Here’s how the UK gaming industry says it’ll self-regulate lockboxes


Remember a few years ago before NFT scams took over, when politicians realized they could score some press coverage and campaign donations for talking big about finally cracking down on lockboxes/lootboxes/gambleboxes, which have driven monetization in online games for over a decade now? It seems almost quaint now, but all that pressure did result in improvements across the genres, particularly in the form of oversight for games aimed at kids and in transparent lockboxes as companies twisted themselves into pretzels to avoid the “gambling” designation.

Well, you might also remember that last summer, following UK regulators’ finding that lockboxes were “structurally and psychologically akin” to gambling, the UK government threatened to do its job and regulate the industry with legislation if the industry didn’t fix it. A year later, Ukie, the group representing the games industry in the UK, has done the minimum to claim it’s acting in publishing New Principles and Guidance on Paid Loot Boxes. In sum, Ukie says games companies should:

• add and promote tech to block lockboxes from kids barring guardian intervention, with lenient refund policies for kids who somehow sneaked through;
• disclose lootboxes before players download the game and provide clarity and transparency on lockbox probabilities;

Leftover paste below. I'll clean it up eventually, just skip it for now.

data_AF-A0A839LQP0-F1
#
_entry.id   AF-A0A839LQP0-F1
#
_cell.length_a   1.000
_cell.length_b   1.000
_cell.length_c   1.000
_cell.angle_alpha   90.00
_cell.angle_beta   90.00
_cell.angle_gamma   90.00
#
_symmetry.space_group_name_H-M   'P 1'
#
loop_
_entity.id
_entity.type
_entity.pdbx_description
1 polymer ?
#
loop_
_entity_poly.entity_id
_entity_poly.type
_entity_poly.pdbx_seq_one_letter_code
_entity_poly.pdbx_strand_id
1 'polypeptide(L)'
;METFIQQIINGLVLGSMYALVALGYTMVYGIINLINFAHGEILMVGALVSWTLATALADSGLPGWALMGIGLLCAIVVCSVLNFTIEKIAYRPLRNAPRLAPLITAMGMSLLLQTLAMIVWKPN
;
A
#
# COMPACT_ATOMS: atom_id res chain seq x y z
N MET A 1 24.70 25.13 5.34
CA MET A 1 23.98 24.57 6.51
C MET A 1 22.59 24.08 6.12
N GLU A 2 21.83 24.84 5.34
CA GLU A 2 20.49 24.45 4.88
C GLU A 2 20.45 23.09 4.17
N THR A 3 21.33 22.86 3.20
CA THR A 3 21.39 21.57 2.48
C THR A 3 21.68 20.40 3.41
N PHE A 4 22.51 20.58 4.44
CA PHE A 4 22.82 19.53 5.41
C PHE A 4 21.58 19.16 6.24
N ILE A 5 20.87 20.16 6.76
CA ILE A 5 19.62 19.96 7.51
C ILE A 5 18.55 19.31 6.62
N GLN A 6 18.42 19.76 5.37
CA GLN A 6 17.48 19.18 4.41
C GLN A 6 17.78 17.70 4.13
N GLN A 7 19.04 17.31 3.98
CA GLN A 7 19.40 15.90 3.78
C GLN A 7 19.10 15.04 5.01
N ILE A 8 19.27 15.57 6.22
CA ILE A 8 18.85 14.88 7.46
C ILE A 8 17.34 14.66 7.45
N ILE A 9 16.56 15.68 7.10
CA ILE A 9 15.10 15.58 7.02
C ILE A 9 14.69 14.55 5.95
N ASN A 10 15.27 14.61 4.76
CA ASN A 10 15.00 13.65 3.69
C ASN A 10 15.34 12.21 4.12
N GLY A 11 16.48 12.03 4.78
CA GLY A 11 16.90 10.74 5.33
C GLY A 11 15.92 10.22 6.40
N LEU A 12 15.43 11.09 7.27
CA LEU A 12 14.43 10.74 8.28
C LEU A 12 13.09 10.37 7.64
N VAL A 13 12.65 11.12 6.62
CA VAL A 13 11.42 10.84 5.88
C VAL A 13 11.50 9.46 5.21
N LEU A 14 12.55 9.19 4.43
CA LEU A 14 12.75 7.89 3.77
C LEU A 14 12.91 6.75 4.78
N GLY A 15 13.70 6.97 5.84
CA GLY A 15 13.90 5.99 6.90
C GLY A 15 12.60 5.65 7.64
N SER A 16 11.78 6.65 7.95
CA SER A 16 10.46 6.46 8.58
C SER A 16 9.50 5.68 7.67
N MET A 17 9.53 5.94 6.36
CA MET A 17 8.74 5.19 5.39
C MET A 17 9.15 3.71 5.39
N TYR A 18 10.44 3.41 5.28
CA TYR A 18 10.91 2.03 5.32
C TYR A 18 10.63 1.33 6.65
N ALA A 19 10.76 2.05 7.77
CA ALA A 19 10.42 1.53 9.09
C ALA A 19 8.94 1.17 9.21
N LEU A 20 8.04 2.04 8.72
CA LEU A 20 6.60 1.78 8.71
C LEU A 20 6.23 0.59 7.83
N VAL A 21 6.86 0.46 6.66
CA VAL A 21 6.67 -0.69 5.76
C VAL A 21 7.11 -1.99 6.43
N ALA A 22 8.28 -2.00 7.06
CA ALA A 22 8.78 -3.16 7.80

• block the “unauthorised external sale of items acquired from Loot Boxes for real money”
• provide “all players with information about how to play responsibly and manage their spending effectively on Loot Boxes”
• and form a panel on “age assurance” in the industry, support research, and cooperate with the government on measuring the effectiveness of the guidelines.

Of course, these are “principles and guidance,” not mandates or rules or laws. “This guidance is not exhaustive, nor prescriptive, to ensure that the principles remain achievable by the entire industry while leaving scope for games companies to continue to innovate,” the document cautions, referring to PEGI’s enforcement and punitive measures, which range from delisting to fines.

Source: Ukie via RPS
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